Nicole: 港紙 (gong2 zi2) . We treat money like paper.
David: Right. Although I love the Hong Kong currency, it’s so colorful and all the banks issue actually.
Nicole: We make fun of it, though.
David: Right. Our next example is the “Chinese RMB”.
Nicole: 人民幣。(jan4 man4 bai6.)
David: “The Chinese RMB”.
Nicole: 人民幣。(jan4 man4 bai6.)
David: And that last sound.
Nicole: 幣。(bai6.)
David: Literally means a “coin” or “hard note”.
Nicole: That’s right, 幣 (bai6).
David: Our final example is the “Japanese Yen”.
Nicole: 日元。(jat6 jyun4.)
David: “Japanese Yen”.
Nicole: 日元。(jat6 jyun4.)
David: What’s the last character there?
Nicole: 元。(jyun4.)
David: Normally, this also means “dollar”.
Nicole: That’s right.
David: So, in addition to hearing people say.
Nicole: 美金。(mei5 gam1.)
David: You’ll also hear them say.
Nicole: 美元。(mei5 jyun4.)
David: Right. And that would mean “U.S dollar”.
Nicole: Yeah.
David: To be less descriptive.
Nicole: Yes. Let’s hear both of them again.
David: Okay.
Nicole: 美金, 美元。 (mei5 gam1, mei5 jyun4.)
David: So, five different currencies. The “U.S dollar”.
Nicole: 美金。 (mei5 gam1.)
David: “The UK pound”.
Nicole: 英鎊。(jing1 bong2.)
David: “The Hong Kong paper”.
Nicole: Hong Kong dollar! 港紙. (gong2 zi2.)
David: “The Chinese RMB”.
Nicole: 人民幣。 (jan4 man4 bai6.)
David: And the “Japanese Yen”.
Nicole: 日元。(jat6 jyun4.)
David: With this, you should be set to start changing money and doing international banking. Okay, and with that, let’s get to our grammar section.

Lesson focus

David: It’s grammar time! Our grammar point today is really useful.
Nicole: That’s right.
David: Because if you were anything like me when you’re learning Cantonese, you’re going to make mistakes. You’re going to make lots of mistakes.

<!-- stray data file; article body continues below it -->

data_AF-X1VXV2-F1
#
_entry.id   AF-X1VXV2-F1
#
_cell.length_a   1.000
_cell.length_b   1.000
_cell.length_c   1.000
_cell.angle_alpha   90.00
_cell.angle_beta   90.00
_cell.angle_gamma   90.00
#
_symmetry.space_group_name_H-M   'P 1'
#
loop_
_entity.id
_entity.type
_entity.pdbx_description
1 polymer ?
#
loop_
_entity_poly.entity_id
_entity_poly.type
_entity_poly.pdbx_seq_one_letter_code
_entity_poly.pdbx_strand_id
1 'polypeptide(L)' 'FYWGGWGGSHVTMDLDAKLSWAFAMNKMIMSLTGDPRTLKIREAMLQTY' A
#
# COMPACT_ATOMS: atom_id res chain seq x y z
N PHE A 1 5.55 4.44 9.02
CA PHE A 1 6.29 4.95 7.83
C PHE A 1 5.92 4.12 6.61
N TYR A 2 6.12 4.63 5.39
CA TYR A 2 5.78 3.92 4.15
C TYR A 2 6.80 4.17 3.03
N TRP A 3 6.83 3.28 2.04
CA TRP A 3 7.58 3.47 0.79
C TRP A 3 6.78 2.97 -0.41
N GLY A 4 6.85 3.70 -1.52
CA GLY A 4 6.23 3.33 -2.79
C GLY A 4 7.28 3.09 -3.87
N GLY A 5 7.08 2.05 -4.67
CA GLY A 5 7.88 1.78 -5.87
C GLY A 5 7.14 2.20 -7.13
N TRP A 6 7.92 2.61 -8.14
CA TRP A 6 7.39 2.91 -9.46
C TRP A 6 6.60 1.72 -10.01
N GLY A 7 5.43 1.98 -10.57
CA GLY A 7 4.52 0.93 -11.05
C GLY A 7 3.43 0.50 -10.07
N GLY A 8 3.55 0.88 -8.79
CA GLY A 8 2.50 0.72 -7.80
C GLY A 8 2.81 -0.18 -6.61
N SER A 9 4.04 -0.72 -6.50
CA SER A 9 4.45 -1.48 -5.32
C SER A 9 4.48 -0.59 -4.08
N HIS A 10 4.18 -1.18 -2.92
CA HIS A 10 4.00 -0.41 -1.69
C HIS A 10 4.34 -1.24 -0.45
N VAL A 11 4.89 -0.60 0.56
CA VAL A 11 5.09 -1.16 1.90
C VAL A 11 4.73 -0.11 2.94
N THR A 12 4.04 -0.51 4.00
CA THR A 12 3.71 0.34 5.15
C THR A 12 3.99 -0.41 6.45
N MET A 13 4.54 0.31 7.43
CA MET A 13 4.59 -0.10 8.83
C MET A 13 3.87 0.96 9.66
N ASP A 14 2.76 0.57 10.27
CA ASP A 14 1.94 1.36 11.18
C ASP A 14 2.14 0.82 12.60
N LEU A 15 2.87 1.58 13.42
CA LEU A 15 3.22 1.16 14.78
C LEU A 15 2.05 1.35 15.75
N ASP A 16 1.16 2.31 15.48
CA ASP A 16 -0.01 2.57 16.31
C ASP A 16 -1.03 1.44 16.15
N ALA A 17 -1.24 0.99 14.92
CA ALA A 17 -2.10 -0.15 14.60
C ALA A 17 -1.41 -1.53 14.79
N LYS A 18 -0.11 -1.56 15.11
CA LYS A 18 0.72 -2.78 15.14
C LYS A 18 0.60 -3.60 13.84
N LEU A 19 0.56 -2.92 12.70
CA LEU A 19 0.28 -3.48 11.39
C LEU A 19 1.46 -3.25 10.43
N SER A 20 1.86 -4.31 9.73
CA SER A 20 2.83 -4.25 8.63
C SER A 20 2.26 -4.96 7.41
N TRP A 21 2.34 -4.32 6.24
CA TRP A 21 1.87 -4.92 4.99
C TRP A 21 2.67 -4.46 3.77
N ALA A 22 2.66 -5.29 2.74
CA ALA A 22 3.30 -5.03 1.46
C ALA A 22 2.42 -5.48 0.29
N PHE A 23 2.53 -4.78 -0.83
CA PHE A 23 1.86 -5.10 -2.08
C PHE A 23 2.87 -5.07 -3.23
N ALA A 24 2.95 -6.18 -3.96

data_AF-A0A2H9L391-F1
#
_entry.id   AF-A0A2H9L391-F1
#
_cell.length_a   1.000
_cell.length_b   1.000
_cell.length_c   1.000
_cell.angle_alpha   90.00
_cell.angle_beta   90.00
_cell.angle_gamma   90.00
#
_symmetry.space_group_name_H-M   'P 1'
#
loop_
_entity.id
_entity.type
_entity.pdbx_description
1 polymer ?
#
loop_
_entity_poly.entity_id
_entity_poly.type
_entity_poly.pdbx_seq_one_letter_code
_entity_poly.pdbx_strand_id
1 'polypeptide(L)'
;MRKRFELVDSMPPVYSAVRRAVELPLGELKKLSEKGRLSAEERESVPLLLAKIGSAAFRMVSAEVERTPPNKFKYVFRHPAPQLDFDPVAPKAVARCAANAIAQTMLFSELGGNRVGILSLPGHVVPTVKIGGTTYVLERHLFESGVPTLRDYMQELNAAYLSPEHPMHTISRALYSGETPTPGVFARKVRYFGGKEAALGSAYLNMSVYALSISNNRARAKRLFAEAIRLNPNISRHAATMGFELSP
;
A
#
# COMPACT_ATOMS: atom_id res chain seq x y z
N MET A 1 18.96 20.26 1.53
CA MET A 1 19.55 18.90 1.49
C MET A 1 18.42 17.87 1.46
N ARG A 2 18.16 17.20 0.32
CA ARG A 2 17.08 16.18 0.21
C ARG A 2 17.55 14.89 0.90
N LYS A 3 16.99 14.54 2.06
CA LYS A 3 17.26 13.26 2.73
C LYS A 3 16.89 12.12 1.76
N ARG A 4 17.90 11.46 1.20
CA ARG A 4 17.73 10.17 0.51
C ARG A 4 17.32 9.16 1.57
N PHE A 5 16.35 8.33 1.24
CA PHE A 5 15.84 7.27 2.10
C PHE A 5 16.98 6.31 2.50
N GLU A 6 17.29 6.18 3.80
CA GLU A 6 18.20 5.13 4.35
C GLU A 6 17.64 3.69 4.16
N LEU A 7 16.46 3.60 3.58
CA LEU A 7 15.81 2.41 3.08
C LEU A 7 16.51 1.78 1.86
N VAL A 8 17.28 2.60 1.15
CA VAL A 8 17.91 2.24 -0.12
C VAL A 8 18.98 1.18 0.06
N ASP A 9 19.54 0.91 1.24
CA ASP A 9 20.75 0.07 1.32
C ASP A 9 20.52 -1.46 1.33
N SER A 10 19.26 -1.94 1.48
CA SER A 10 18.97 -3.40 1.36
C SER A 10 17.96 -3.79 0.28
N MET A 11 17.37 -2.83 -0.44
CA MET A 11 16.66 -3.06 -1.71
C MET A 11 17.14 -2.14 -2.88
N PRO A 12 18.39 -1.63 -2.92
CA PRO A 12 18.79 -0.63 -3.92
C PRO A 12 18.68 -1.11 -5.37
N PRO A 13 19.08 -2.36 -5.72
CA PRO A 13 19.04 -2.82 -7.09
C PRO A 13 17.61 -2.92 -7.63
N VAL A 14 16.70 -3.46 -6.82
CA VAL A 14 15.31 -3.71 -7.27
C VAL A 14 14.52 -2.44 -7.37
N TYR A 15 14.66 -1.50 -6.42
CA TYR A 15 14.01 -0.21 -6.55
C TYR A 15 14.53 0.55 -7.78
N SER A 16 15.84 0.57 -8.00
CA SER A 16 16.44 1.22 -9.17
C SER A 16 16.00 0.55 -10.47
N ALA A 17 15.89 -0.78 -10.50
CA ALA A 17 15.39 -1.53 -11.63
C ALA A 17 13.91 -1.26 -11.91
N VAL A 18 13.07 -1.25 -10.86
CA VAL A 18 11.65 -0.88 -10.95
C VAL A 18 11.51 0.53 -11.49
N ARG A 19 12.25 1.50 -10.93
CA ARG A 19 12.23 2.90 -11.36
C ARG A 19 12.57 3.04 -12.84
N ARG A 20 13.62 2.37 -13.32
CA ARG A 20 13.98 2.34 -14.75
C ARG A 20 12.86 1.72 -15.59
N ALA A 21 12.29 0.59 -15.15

Nicole: This happens so me, too!
David: Yeah. And you’re going to need to restate what you said and say “Well, actually what I mean was…” Yes. And that is what we’re going to cover in today’s grammar point.
Nicole: That’s right.
David: In the dialogue, we had this sentence.
Nicole: 我係話美金。(ngo5 hai6 waa6 mei5 gam1.)
David: “I meant U.S dollars.”
Nicole: 我係話美金。(ngo5 hai6 waa6 mei5 gam1.)
David: And to this, Richard Branson responded.
Nicole: 我係話英鎊。(ngo5 hai6 waa6 jing1 bong2.)
David: “I meant British pounds.”
Nicole: 我係話英鎊。(ngo5 hai6 waa6 jing1 bong2.)
David: Our key word here is?
Nicole: 係話。(hai6 waa6.)
David: “Meant to say”.
Nicole: 係話。(hai6 waa6.)
David: That’s literally “to be and then to say”.
Nicole: Yeah, 係 (hai6) and then 話. (waa6.)
David: But we’re using it here to say “Well what I really meant was…” For instance, if you meet someone for the first time and you really want their number, but it stumbles at the wrong way.
Nicole: Yeah.
David: You could always say.
Nicole: 我係話你好靚。(ngo5 hai6 waa6 nei5 hou2 leng3.)
David: “I meant to say you were really beautiful.”
Nicole: Yeah, that sounds sweet actually. 我係話你好靚。(ngo5 hai6 waa6 nei5 hou2 leng3.)
David: “I meant you were really beautiful.” On a different topic, you could be in a meeting and things could go horribly wrong at which point you could toss it this.
Nicole: 佢係話 係佢唔啱。(keoi5 hai6 waa6 hai6 keoi5 m4 ngaam1.)
David: “He meant, it’s him that’s wrong.”
Nicole: 佢係話 係佢唔啱。(keoi5 hai6 waa6 hai6 keoi5 m4 ngaam1.)
David: “He meant, it was him that’s wrong.” That’s a tricky one. Our next example is also a bit tricky, but it shows how you can use this to clarify things.
Nicole: That’s right. 我係話 聽日開會。(ngo5 hai6 waa6 ting1 jat6 hoi1 wui5.)
David: “I meant to say we’d have a meeting tomorrow.”
Nicole: 我係話 聽日開會。(ngo5 hai6 waa6 ting1 jat6 hoi1 wui5.)
David: “I meant to say tomorrow to have a meeting.”
Nicole: That’s right. You’re emphasizing “tomorrow”, 聽日. (ting1 jat6.)
David: So to use this, put it at the start of any sentence. “I meant to say”.
Nicole: 我係話 ……….。(ngo5 hai6 waa6……..)
David: “I meant to say it’s no problem.”
Nicole: 我係話 冇問題。(ngo5 hai6 waa6 mou5 man6 tai4.)
David: “I mean to say I’m sorry.”
Nicole: 我係話 對唔住。(ngo5 hai6 waa6 deoi3 m4 zyu6.)
David: “I meant to say you’re really beautiful.”
Nicole: 我係話你好靚。(ngo5 hai6 waa6 nei5 hou2 leng3.)
David: A really simple point, but one is really useful as well. And with that, that’s our grammar point for today. Before we go, we want to remind you that there’s nothing like a little competition.
Nicole: Even against yourself.
David: Right. So, you can test what you’ve learned in this lesson with our fun review quizzes.
Nicole: Master vocabulary and grammar.
David: With our short challenging quizzes. And you can find these on our lesson’s page at CantoneseClass101.com.